So if you do have coeliac disease (see post http://entirewellbeing.com/coeliac-disease/ for more information on this condition), do you just simply cut out gluten and everything will be alright?
If only it were that simple……..
Although the majority of newly diagnosed coeliacs will experience substantial improvements in their symptoms within the first few weeks of cutting out gluten, research shows that between 10 and 15% of coeliacs continue to experience health problems even when following a gluten free diet. These are called ‘non-responsive coeliacs’. This might be (and often is) explained by unintentional gluten contamination (it is very easy to get ‘glutened’ – and it only takes one eighth of one teaspoon of a gluten flour to reignite the immune response and ‘contamination’ can also come from hundreds of non food items including shampoos and cosmetics). However, between 1 and 5% of coeliacs develop what is called ‘refractory coeliac disease’ (RCD) where any gluten (even levels found in foods termed ‘gluten free’ e.g. bread) cannot be tolerated. This is a very serious sub category of coeliac disease and can lead to significant health problems if not managed appropriately.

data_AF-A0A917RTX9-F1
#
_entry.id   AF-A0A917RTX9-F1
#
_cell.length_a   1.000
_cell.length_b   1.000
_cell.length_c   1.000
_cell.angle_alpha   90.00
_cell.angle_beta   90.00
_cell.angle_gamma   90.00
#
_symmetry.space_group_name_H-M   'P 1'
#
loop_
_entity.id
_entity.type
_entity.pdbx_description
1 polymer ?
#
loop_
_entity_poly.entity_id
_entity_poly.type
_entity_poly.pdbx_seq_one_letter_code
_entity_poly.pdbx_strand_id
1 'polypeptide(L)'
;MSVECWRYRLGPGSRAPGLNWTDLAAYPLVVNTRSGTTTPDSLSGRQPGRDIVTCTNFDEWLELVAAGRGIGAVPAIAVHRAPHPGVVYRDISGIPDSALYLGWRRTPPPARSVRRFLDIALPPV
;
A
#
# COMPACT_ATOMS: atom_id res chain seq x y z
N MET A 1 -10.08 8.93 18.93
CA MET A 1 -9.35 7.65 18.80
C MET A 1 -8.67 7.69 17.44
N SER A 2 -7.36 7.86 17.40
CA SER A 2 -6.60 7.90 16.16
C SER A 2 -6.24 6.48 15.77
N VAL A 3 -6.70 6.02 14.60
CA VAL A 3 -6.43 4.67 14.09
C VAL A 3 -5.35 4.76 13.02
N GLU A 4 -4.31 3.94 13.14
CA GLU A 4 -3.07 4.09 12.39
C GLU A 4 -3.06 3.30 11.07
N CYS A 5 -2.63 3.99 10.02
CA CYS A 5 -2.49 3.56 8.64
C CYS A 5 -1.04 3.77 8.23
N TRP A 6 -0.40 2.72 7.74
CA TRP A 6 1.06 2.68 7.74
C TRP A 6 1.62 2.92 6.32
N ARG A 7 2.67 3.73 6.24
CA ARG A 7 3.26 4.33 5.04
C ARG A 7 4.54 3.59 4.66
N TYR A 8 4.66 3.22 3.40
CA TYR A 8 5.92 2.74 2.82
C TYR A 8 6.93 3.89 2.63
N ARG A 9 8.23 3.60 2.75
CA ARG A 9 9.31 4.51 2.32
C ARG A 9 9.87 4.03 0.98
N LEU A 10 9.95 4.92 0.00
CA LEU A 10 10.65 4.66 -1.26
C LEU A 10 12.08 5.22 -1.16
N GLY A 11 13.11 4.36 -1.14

Excluding unintentional contamination and RCD, the other key reason for symptoms not improving on a gluten free diet is ‘cross reactivity’.
Research shows that there are a number of other food proteins that can cause the immune system to react in a similar way to gluten, thereby potentially perpetuating chronic inflammation and the destruction of the villi (the finger like protrusions in the small intestine that are damaged by coeliac disease). We know that around 50% of all coeliacs cross react with casein in dairy. Other cross-reactive gluten free foods include oats, yeast, rice and corn (consumption of these foods are actively encouraged as a coeliac). Maybe this is why only 8% of adults with coeliac disease experience complete healing of the villi on a gluten free diet and why there is evidence of poor vitamin status in coeliacs who have been on a gluten free diet for 10 years?
In summary simply excluding gluten from the diet is not good enough. If you are a coeliac some of the key questions that you should be asking yourself include:
1) Might I be exposing myself to gluten contamination from my environment (e.g. skin care products and cosmetics)?
2) What gluten ‘cross reactive’ foods might I also be reacting too?
3) How much damage has been done to the digestive system (prior to diagnosis) and what extra support do I require to help repair this damage?
4) What impact has coeliac disease potentially had on my overall nutrient status?
These questions and more can be answered by working with a suitably skilled and knowledgeable functional practitioner.